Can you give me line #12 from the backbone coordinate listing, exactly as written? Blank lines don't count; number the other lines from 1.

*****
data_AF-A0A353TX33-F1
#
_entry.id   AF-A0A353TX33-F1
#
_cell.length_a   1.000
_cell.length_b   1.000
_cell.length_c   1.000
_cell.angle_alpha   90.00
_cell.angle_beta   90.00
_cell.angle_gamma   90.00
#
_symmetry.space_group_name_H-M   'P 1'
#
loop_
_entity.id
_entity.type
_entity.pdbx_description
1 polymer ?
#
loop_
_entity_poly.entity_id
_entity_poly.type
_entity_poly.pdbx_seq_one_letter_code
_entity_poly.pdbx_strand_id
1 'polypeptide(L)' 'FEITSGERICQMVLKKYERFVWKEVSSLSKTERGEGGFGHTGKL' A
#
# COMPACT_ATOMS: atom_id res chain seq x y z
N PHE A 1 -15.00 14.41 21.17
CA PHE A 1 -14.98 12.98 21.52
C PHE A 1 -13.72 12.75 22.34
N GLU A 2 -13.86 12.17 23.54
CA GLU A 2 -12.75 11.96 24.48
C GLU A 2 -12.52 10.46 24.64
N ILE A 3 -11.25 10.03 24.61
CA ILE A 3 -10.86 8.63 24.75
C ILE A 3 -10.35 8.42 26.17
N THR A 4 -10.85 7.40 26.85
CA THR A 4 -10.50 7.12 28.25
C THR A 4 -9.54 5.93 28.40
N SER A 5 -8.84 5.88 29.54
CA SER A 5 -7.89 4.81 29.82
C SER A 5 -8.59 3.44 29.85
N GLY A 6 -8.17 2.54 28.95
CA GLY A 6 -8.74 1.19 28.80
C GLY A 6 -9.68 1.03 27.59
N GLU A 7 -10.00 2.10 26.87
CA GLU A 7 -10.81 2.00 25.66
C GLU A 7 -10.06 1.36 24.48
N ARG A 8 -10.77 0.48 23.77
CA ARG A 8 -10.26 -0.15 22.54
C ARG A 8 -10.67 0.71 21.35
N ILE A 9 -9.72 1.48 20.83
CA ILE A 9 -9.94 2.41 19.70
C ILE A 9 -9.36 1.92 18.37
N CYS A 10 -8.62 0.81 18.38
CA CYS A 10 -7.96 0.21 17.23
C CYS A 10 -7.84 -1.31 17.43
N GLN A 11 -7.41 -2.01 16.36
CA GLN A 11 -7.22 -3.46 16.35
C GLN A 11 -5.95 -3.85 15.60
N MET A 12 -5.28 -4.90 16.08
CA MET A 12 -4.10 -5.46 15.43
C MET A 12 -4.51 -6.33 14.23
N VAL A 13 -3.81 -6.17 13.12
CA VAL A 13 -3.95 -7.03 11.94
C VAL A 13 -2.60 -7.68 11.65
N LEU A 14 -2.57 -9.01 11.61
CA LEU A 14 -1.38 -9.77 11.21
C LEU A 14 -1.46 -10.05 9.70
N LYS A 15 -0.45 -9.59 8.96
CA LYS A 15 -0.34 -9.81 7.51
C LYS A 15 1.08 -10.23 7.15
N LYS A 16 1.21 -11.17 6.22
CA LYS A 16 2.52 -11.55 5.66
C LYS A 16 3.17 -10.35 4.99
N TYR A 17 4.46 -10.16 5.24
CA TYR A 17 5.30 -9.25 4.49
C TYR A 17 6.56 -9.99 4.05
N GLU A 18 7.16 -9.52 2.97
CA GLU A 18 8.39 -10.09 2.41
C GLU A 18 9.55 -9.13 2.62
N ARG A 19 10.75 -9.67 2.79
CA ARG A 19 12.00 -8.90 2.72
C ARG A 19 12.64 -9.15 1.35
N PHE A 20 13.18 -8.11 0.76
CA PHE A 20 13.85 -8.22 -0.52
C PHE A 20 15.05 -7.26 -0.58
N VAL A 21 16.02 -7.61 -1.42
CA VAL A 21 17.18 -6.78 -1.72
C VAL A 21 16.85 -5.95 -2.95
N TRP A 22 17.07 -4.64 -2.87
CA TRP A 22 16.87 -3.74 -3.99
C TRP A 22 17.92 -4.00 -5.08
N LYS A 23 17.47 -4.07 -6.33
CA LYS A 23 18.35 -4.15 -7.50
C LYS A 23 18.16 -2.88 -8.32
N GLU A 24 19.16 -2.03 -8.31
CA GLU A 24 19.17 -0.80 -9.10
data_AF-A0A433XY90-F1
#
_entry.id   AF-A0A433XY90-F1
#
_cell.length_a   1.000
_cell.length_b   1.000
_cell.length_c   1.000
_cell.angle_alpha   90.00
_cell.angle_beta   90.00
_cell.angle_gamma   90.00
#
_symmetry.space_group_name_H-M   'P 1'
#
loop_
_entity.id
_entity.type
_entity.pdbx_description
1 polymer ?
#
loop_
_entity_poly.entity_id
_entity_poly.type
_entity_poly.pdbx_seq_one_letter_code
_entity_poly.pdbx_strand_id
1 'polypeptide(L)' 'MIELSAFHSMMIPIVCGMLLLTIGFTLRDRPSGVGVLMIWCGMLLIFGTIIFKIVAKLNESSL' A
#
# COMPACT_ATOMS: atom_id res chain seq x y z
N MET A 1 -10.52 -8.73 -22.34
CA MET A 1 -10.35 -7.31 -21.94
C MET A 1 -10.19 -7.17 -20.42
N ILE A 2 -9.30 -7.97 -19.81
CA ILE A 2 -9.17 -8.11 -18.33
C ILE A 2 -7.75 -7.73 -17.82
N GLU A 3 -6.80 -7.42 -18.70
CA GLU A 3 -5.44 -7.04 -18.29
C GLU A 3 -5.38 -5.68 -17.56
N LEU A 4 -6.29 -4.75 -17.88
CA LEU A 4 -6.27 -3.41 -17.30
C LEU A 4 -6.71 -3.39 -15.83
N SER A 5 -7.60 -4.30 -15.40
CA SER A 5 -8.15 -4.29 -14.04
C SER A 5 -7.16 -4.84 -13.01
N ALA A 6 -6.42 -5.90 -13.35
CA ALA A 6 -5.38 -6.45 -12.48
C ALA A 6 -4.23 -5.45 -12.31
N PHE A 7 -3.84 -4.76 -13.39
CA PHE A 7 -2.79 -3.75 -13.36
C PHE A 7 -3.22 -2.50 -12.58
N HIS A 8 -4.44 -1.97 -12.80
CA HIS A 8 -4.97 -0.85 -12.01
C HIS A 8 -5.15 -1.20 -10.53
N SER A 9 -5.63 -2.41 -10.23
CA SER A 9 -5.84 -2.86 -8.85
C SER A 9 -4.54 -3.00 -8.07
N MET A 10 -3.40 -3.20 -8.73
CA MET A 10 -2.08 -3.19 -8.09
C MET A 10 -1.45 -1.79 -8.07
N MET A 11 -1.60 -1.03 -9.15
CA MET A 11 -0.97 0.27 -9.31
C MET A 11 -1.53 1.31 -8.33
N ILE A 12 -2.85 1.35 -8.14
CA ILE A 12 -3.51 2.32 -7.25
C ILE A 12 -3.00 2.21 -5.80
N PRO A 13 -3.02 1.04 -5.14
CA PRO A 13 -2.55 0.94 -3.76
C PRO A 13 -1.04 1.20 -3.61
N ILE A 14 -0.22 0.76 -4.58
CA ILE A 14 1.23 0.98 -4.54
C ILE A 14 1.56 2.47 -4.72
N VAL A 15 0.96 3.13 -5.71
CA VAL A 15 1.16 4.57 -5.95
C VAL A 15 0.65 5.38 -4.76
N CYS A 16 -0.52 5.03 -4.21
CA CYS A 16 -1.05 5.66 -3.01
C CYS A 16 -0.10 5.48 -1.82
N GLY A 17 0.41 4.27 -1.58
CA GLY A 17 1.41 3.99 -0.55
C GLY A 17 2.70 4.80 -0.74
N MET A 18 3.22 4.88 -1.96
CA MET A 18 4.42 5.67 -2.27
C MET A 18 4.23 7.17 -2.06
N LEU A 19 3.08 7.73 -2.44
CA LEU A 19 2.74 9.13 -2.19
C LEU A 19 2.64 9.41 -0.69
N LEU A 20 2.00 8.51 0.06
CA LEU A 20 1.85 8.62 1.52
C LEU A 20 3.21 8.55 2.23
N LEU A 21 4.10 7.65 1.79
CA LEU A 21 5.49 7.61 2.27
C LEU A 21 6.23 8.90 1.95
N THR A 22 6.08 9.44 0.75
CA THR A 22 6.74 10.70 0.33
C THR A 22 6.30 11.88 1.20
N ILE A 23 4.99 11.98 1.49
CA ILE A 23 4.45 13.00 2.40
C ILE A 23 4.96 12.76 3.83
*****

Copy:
_symmetry.space_group_name_H-M   'P 1'